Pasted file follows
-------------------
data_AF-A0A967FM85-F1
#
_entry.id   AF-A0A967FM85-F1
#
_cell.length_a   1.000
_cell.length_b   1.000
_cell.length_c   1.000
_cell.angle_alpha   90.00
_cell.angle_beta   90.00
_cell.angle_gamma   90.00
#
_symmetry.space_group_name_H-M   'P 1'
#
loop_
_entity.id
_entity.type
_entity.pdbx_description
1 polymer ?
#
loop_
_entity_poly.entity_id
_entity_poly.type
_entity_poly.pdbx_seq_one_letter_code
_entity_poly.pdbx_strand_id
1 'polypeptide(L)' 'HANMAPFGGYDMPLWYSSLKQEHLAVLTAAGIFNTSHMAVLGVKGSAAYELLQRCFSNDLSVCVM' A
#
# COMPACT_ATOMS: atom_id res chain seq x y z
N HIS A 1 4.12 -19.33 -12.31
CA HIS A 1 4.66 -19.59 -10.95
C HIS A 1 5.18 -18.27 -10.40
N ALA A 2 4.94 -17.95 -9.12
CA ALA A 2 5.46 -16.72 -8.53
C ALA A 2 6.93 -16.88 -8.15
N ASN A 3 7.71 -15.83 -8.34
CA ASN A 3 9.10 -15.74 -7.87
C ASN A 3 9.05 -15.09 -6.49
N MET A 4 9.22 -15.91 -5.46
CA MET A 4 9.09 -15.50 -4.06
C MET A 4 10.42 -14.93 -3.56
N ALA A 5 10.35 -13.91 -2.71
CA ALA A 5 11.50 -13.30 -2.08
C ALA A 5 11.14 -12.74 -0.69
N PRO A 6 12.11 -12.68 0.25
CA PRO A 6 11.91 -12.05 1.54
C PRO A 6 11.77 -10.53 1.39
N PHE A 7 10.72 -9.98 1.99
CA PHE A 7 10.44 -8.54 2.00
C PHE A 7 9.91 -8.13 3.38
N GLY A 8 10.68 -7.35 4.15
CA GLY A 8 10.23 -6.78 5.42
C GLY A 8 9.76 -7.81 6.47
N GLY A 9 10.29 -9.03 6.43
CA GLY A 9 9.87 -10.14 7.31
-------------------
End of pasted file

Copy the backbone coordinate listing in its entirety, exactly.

data_AF-A0A967FM85-F1
#
_entry.id   AF-A0A967FM85-F1
#
_cell.length_a   1.000
_cell.length_b   1.000
_cell.length_c   1.000
_cell.angle_alpha   90.00
_cell.angle_beta   90.00
_cell.angle_gamma   90.00
#
_symmetry.space_group_name_H-M   'P 1'
#
loop_
_entity.id
_entity.type
_entity.pdbx_description
1 polymer ?
#
loop_
_entity_poly.entity_id
_entity_poly.type
_entity_poly.pdbx_seq_one_letter_code
_entity_poly.pdbx_strand_id
1 'polypeptide(L)' 'HANMAPFGGYDMPLWYSSLKQEHLAVLTAAGIFNTSHMAVLGVKGSAAYELLQRCFSNDLSVCVM' A
#
# COMPACT_ATOMS: atom_id res chain seq x y z
N HIS A 1 4.12 -19.33 -12.31
CA HIS A 1 4.66 -19.59 -10.95
C HIS A 1 5.18 -18.27 -10.40
N ALA A 2 4.94 -17.95 -9.12
CA ALA A 2 5.46 -16.72 -8.53
C ALA A 2 6.93 -16.88 -8.15
N ASN A 3 7.71 -15.83 -8.34
CA ASN A 3 9.10 -15.74 -7.87
C ASN A 3 9.05 -15.09 -6.49
N MET A 4 9.22 -15.91 -5.46
CA MET A 4 9.09 -15.50 -4.06
C MET A 4 10.42 -14.93 -3.56
N ALA A 5 10.35 -13.91 -2.71
CA ALA A 5 11.50 -13.30 -2.08
C ALA A 5 11.14 -12.74 -0.69
N PRO A 6 12.11 -12.68 0.25
CA PRO A 6 11.91 -12.05 1.54
C PRO A 6 11.77 -10.53 1.39
N PHE A 7 10.72 -9.98 1.99
CA PHE A 7 10.44 -8.54 2.00
C PHE A 7 9.91 -8.13 3.38
N GLY A 8 10.68 -7.35 4.15
CA GLY A 8 10.23 -6.78 5.42
C GLY A 8 9.76 -7.81 6.47
N GLY A 9 10.29 -9.03 6.43
CA GLY A 9 9.87 -10.14 7.31